Over the summer, USF’s athletics program announced the retirement of Athletics Director Joan McDermott. Posted on the USF athletics website on June 10, the announcement included parting words from McDermott. “I am most grateful for the dedicated coaches, alumni, student-athletes, boosters, and staff who I have been allowed to serve,” McDermott said. “Their passion, commitment and purpose are the reason that the future of USF Athletics is bright.” Her decision was not announced to the broader USF community.
McDermott’s retirement comes after six years in the athletics department, where she served as senior executive associate and deputy athletics director before being appointed as director of
athletics in 2019. The last year of her leadership was met with challenges as the athletics department faced allegations of a toxic culture on three separate occasions.
In Sept. 2021, Sports Illustrated reported on a “predatory culture” that existed within USF’s men’s soccer team for more than a decade. The report, which detailed multiple cases of sexual assault perpetrated by soccer players, was published nine months after a Title IX investigation into allegations against the team. USF’s investigation concluded that sexual misconduct was “not pervasive among members of the USF men’s soccer team over the past decade.”
In 2022, the department was met with two more scandals. In March, three former USF baseball players filed a lawsuit against the then head coach Nino Giarratano and associate head coach Troy Nakamura, who they accused of creating an “intolerable sexualized environment.” The players also included the National Collegiate Athletic Association and USF in the lawsuit, claiming that they “failed to implement any rules prohibiting sexual harassment and retaliation.”
Three months later, two former women’s basketball players accused head coach Molly Goodenbour of “archaic and abusive conduct” in a lawsuit. One of the players, Marija Galic, claimed that McDermott brushed off the allegations she posed against Goodenbour while she was having a nervous breakdown in a training room. USF’s counsel, Mike Vartain, disputed that claim.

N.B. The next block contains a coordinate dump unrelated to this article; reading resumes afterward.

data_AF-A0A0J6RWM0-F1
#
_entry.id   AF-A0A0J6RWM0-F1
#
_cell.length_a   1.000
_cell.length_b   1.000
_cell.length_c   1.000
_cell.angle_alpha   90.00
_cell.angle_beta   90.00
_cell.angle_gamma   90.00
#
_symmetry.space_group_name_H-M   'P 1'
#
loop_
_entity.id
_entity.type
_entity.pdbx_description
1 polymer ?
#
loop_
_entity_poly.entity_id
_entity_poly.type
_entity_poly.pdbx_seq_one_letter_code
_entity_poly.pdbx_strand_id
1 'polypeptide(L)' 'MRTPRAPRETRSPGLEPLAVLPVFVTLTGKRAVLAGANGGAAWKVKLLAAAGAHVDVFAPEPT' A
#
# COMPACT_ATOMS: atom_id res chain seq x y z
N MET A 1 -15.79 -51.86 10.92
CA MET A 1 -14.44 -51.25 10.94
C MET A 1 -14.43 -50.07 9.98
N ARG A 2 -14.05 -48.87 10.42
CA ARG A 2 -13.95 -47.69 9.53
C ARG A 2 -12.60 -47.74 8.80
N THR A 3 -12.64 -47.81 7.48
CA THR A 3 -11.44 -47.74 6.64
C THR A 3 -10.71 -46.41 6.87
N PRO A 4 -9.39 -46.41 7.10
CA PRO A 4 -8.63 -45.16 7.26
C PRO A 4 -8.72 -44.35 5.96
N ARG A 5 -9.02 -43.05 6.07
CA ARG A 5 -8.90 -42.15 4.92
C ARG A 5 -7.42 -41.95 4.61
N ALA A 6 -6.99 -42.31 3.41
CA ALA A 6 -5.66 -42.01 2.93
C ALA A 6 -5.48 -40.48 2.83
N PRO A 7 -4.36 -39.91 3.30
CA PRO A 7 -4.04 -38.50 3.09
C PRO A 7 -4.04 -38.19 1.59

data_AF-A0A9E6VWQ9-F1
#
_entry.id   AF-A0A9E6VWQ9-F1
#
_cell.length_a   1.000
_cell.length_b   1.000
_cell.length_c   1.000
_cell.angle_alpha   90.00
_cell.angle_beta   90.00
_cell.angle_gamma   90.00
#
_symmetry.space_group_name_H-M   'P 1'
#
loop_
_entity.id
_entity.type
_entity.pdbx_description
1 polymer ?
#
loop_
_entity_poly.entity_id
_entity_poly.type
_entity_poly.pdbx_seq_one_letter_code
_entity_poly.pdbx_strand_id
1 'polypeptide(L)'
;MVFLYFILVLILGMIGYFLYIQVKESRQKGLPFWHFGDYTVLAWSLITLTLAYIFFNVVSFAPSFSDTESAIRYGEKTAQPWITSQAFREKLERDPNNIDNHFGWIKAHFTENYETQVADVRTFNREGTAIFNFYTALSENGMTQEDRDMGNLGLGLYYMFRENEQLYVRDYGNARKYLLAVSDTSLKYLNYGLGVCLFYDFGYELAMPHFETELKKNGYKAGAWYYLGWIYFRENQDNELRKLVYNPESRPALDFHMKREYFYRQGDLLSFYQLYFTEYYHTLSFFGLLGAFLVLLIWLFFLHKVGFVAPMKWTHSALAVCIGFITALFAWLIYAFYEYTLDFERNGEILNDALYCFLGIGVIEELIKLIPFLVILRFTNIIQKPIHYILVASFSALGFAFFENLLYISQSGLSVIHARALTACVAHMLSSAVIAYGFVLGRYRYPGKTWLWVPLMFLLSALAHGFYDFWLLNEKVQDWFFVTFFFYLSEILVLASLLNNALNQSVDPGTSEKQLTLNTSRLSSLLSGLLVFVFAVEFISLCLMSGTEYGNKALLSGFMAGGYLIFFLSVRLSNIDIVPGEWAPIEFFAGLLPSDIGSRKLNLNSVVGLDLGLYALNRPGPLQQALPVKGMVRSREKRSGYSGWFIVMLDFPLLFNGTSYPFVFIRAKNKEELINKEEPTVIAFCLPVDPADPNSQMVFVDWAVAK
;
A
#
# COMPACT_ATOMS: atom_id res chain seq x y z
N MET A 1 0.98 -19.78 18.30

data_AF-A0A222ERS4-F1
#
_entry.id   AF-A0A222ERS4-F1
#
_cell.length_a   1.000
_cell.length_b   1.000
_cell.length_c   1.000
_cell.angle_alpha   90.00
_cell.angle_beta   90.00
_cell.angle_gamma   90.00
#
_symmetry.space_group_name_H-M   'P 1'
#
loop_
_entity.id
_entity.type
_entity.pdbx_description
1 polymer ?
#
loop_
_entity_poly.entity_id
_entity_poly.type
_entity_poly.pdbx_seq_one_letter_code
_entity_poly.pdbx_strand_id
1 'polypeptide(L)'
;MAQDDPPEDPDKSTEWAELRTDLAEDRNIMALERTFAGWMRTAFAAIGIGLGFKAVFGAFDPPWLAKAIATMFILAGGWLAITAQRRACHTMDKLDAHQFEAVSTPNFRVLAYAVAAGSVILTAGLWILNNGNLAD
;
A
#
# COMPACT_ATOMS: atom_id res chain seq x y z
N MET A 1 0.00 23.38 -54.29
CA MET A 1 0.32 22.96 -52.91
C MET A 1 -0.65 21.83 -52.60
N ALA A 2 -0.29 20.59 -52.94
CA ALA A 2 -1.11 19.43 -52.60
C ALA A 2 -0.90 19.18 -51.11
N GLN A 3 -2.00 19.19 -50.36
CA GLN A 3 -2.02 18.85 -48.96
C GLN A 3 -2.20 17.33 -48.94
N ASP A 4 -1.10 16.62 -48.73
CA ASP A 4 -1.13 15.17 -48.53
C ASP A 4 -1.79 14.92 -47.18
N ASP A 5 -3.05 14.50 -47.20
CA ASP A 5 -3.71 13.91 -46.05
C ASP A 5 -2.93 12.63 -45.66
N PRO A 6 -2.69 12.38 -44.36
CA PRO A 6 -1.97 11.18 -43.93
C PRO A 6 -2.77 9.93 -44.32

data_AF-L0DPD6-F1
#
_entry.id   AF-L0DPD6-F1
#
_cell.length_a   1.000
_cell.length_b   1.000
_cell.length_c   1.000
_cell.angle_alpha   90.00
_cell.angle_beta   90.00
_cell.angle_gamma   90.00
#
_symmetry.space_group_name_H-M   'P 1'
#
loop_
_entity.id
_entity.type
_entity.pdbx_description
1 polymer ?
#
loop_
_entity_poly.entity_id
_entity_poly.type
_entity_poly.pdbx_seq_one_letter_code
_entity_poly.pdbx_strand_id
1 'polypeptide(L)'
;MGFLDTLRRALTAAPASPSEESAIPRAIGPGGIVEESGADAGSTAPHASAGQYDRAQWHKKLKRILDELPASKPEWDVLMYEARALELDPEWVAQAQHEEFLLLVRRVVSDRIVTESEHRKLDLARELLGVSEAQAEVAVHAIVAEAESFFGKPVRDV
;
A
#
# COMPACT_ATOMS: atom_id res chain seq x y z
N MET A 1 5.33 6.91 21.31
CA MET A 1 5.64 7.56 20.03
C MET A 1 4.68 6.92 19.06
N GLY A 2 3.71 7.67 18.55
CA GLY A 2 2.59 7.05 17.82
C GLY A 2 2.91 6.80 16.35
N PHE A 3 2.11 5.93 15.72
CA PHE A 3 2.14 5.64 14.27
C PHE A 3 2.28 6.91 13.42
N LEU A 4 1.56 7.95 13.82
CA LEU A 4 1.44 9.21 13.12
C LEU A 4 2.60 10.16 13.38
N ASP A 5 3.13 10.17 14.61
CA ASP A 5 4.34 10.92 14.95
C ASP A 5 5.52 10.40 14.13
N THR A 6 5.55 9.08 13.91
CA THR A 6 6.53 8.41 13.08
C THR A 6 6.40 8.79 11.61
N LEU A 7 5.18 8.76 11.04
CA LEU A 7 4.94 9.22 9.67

The Foghorn featured a letter from 59 USF athletes to McDermott and athletics administrators April 21 that listed demands for the department and called on it to ensure that “cura personalis — care of the whole person — is continuously enacted at USF.”
According to USF spokesperson, Kellie Samson, the department has begun a search for a new athletic director that is now in its final stages. “As we look to the future, USF is taking steps to ensure that our Department of Athletics — from every coach and administrator to every student-athlete — is aligned with our Jesuit educational principles that put care of the whole person, respect, and inclusivity first,” she said.
Samson also said a team of external higher education experts is conducting a program review of athletics that will “examine all aspects of our program, from reporting structure to policies to compliance and training and more.”
Kalii Caldwell, a fourth-year chemistry major and president of the Student Athlete Advisory Committee, is a member of the search committee for the new athletic director. “We expect someone who cultivates diversity and is able to create an environment where all can come as they are and feel supported and important,” she said in a statement to the Foghorn. “A leader who prioritizes the well-being of the student-athletes is a leader who will create unity and strength in our department, and we are thus looking for evidence of actions that have promoted the student-athlete experience.”
Zoe Binder, a fourth-year English and environmental studies double major, is the Foghorn’s editor in chief. She can be reached at email@example.com.